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U.S. Limits Deadly Mining Dust as Black Lung Resurges

Federal regulators on Tuesday issued new protections for miners against a type of dust long known to cause deadly lung ailments — changes recommended by government researchers a half-century ago.

Mining companies will have to limit concentrations of airborne silica, a mineral commonly found in rock that can be lethal when ground up and inhaled. The new requirements affect more than 250,000 miners extracting coal, a variety of metals, and minerals used in products like cement and smartphones. Tuesday’s announcement is the culmination of a tortuous regulatory process that has spanned four presidential administrations.

Miners have paid dearly for the delay. As progress on the rule stalled, government researchers documented with growing alarm a resurgence of severe black lung afflicting younger coal miners, and studies implicated poorly controlled silica as the likely cause.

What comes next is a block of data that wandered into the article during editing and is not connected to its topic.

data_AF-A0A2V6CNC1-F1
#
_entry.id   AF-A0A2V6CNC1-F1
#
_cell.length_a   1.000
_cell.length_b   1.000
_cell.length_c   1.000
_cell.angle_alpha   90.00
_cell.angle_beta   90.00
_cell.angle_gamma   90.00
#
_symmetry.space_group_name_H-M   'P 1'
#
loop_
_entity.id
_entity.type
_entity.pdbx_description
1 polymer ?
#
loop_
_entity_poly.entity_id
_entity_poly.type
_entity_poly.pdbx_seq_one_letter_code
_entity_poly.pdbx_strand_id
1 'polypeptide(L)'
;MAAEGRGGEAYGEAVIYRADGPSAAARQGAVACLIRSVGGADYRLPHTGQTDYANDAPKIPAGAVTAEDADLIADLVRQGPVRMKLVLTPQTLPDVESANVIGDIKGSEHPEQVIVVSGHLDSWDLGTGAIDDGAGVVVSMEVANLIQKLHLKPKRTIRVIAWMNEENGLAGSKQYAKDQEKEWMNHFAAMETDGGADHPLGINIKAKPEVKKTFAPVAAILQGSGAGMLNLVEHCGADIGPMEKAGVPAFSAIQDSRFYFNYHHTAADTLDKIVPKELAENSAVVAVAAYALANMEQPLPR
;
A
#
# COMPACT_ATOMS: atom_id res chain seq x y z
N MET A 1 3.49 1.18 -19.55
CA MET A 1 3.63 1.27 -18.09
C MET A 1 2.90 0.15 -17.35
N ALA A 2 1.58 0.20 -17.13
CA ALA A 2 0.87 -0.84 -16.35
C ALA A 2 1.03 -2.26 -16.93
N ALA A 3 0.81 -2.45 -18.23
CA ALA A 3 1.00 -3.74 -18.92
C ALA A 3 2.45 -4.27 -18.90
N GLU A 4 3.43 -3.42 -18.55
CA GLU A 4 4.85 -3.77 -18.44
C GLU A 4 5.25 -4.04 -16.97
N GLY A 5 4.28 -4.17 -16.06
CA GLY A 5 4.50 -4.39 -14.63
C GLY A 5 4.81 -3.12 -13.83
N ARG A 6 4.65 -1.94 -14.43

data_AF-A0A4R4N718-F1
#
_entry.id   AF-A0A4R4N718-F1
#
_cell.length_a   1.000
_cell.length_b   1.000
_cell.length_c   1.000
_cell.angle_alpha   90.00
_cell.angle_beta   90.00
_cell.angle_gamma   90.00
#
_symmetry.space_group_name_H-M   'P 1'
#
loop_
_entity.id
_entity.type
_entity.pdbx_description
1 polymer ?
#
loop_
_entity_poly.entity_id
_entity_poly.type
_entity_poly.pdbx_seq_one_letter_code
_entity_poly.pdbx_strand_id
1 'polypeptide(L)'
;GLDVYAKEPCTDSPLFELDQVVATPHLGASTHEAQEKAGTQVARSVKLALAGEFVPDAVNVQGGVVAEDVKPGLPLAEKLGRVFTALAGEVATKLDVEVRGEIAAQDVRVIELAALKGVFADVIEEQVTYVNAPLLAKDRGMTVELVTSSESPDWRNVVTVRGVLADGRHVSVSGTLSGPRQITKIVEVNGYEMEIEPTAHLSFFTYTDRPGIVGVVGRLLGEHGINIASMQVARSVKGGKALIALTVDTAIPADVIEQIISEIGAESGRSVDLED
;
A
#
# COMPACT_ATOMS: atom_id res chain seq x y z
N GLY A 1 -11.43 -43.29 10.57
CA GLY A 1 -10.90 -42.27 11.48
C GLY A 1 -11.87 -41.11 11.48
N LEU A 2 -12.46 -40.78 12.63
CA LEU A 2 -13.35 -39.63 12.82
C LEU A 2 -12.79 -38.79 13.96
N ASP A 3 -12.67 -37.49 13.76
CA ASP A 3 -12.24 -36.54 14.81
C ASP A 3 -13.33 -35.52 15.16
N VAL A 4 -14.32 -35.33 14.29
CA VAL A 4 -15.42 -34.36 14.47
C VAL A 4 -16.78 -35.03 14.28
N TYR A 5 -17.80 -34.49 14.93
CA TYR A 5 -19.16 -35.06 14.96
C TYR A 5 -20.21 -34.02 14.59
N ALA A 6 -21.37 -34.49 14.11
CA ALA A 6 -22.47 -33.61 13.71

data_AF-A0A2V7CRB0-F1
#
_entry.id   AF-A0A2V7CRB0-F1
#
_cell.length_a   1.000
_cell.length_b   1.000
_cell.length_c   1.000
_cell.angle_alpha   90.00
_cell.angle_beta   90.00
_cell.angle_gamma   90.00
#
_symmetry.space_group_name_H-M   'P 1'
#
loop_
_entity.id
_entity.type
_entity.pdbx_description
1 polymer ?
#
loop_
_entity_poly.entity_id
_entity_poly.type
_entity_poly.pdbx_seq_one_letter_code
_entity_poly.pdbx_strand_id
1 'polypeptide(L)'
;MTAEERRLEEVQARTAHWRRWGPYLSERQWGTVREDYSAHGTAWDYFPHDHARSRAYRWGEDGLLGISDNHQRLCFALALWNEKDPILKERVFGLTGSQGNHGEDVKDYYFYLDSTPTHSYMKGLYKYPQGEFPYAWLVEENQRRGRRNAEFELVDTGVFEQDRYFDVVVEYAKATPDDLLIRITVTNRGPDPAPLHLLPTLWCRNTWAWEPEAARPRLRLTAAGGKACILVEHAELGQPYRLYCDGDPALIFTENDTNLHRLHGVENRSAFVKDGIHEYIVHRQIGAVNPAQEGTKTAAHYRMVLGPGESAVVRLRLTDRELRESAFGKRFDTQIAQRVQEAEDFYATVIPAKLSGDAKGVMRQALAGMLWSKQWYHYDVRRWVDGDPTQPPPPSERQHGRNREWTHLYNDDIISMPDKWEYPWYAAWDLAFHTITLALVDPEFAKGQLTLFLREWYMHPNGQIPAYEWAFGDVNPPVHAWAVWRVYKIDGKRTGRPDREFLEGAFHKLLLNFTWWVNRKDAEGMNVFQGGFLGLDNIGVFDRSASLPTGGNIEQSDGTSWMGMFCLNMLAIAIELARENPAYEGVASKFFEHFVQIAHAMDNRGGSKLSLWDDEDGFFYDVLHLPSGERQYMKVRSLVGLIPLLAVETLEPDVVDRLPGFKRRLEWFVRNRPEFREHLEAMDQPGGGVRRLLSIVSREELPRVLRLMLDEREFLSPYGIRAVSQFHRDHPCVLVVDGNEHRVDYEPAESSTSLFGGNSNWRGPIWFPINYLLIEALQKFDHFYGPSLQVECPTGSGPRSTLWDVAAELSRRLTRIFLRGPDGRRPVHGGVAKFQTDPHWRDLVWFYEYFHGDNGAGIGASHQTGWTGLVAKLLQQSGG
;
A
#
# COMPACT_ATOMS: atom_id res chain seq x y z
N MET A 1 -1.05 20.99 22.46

“It should shock the conscience to know that there’s people in this country that do incredibly hard work that we all benefit from that are already disabled before they reach the age of 40,” said Chris Williamson, head of the Mine Safety and Health Administration, which issued the rule. “We knew that the existing standard was not protective enough.”

The new requirements were announced by Acting Secretary of Labor Julie Su at an event in Pennsylvania Tuesday morning. They come eight years after a sister agency, the Occupational Safety and Health Administration, issued similar protections for workers in other industries, such as construction, countertop manufacturing and fracking.

Both mine safety advocates and industry groups generally support the rule’s central change: halving the allowed concentration of silica dust. But their views on the rule, proposed last July, diverge sharply over enforcement, with mining trade groups arguing that the requirements are unnecessarily broad and costly, and miners’ advocates cautioning that companies are largely left to police themselves.

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